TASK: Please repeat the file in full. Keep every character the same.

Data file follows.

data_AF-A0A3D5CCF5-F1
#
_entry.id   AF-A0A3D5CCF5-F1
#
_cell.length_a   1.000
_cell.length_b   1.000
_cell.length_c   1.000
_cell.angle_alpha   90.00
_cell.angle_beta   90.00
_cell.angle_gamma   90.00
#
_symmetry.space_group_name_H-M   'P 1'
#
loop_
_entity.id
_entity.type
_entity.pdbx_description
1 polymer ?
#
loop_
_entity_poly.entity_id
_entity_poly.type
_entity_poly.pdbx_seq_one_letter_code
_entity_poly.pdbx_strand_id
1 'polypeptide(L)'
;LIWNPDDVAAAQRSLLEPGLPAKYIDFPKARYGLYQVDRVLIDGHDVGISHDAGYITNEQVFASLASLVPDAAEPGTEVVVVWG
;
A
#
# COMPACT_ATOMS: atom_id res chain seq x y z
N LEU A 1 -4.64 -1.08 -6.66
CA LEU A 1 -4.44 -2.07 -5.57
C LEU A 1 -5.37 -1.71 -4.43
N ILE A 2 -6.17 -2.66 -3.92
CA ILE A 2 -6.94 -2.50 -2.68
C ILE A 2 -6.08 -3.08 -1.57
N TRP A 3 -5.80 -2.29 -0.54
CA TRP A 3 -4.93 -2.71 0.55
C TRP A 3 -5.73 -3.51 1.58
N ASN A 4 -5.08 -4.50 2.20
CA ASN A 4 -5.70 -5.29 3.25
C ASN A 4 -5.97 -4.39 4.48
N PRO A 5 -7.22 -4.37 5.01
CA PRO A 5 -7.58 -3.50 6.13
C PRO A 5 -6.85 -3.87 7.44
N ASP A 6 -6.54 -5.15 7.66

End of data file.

data_AF-A0A3D5CCF5-F1
#
_entry.id   AF-A0A3D5CCF5-F1
#
_cell.length_a   1.000
_cell.length_b   1.000
_cell.length_c   1.000
_cell.angle_alpha   90.00
_cell.angle_beta   90.00
_cell.angle_gamma   90.00
#
_symmetry.space_group_name_H-M   'P 1'
#
loop_
_entity.id
_entity.type
_entity.pdbx_description
1 polymer ?
#
loop_
_entity_poly.entity_id
_entity_poly.type
_entity_poly.pdbx_seq_one_letter_code
_entity_poly.pdbx_strand_id
1 'polypeptide(L)'
;LIWNPDDVAAAQRSLLEPGLPAKYIDFPKARYGLYQVDRVLIDGHDVGISHDAGYITNEQVFASLASLVPDAAEPGTEVVVVWG
;
A
#
# COMPACT_ATOMS: atom_id res chain seq x y z
N LEU A 1 -4.64 -1.08 -6.66
CA LEU A 1 -4.44 -2.07 -5.57
C LEU A 1 -5.37 -1.71 -4.43
N ILE A 2 -6.17 -2.66 -3.92
CA ILE A 2 -6.94 -2.50 -2.68
C ILE A 2 -6.08 -3.08 -1.57
N TRP A 3 -5.80 -2.29 -0.54
CA TRP A 3 -4.93 -2.71 0.55
C TRP A 3 -5.73 -3.51 1.58
N ASN A 4 -5.08 -4.50 2.20
CA ASN A 4 -5.70 -5.29 3.25
C ASN A 4 -5.97 -4.39 4.48
N PRO A 5 -7.22 -4.37 5.01
CA PRO A 5 -7.58 -3.50 6.13
C PRO A 5 -6.85 -3.87 7.44
N ASP A 6 -6.54 -5.15 7.66